These are rather abstract, so here are some systems that use these patterns:
- Multi-player turn-based games, like Risk, or Scrabulous
- An editorial work-flow for a CMS, where each article goes through a number of states, dealt with by journalists, subeditors, editors and other sign-off parties. The documents could be links to the Web, or included as enclosures. A persistent item would allow the upload of new documents
- Similarly, an HR system. Employees would use a website or persistent feed item to submit a form, and then track its process using a single feed. The HR team would have an interactive version of the feed
- iPhoto exposing a Snap feed of all untagged photos, to encourage me to categorise them
- A blog feed which has all posts, and a comments feed which only shows comments from posts the reader is following. A reader follows and unfollows posts by using a persistent entry in the comments feed
- The Facebook activity steam, except each entry carries with is contextual interactions: see more/less of this type of item; add this person as a friend; join this group; enlarge this photo; add a comment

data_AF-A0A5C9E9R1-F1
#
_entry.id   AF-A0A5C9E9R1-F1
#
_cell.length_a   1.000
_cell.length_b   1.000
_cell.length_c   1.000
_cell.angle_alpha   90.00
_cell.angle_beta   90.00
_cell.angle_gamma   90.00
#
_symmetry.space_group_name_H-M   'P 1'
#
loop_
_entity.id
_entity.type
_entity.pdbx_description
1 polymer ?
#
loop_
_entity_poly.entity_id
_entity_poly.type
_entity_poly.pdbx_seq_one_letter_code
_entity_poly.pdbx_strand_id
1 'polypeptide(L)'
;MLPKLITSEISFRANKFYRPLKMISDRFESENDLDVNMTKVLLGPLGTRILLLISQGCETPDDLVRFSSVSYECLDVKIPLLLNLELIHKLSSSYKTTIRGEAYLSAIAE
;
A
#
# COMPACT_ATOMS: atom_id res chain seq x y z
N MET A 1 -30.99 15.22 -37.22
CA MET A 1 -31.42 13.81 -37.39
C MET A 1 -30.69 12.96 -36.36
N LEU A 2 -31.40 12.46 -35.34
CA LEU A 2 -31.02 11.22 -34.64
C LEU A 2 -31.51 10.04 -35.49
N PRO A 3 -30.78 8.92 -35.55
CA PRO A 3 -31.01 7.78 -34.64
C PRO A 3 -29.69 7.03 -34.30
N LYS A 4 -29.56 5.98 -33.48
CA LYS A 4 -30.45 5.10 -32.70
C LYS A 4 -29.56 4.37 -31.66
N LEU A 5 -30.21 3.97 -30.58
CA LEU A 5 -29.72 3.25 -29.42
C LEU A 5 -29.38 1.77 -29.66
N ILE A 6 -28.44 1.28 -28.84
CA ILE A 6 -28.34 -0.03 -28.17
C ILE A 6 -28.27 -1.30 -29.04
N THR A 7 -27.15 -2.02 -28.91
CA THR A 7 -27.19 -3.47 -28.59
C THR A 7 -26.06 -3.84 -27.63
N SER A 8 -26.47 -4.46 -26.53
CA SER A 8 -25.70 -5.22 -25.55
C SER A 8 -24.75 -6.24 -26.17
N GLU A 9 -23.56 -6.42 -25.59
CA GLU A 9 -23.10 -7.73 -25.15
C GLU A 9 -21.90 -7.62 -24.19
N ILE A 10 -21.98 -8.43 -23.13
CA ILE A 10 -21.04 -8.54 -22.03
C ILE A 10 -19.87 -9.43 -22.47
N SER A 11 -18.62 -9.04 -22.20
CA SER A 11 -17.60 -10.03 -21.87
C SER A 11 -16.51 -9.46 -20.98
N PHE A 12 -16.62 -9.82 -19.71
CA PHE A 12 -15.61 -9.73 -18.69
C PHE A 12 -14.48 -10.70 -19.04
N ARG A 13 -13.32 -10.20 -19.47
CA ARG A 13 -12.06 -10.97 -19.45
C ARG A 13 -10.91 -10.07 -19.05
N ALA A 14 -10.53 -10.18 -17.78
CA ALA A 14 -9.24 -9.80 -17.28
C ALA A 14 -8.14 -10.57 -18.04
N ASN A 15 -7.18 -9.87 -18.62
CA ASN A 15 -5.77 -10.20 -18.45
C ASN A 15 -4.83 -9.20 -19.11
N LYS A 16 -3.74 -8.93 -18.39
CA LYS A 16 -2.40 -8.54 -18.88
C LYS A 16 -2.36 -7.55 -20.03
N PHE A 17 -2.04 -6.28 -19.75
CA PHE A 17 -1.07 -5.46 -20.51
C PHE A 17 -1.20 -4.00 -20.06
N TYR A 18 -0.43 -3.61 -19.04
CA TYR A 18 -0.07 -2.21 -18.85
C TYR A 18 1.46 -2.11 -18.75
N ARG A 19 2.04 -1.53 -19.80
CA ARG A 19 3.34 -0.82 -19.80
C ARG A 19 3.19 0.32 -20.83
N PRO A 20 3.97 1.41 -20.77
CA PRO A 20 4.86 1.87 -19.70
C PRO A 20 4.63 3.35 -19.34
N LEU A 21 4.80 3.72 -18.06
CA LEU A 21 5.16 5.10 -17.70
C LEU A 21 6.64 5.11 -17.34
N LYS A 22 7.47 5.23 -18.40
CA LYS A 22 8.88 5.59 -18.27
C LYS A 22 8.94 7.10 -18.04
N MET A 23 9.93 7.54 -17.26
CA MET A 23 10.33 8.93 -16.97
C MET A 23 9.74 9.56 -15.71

- Feed pipes, slim applications which take a single object through a number of steps in different applications. For example, the same feed entry could represent an untagged photo in iPhoto, then the same photo uploaded to Flickr, which then becomes an object which can be commented on
- A feed of ‘travellers you might know’ from Dopplr, each having a form to either share trips or ignore for a month
Snap as part of the Web
RSS/Atom is simple human interface to website content. A REST API is a simple machine interface to website functionality. Jabber/XMPP is gaining attention for being a machine interface to website events. Snap sits in this same constellation: Snap is a simple human interface to common actions, on a website or desktop application.
All of these are ways for websites to get blurry edges and mingle into one another. They offer ways for website to be recombinant, so that each can build on the functionality of others. They also offer ways for websites and applications to be more humane–to let us build around the tasks and experiences of people, rather than the features list of an individual website.
Snap isn’t a technology. Snap is an interaction pattern which works right now, and I’m convinced makes the experience of using websites better. I’m hoping you’ll give it a try.
So, what’s next?
Go read Tom’s post on Snap, about building the proof of concept and the interaction design learnings that came out of it–in particular how the big tick is useful for hitting flow states. That’s first.
Second, if you have a web app, it’d be great to see Snap happening. Feel free to drop a mail if you want to bounce ideas around (and I’m sure Tom would be happy to speak with you about it too).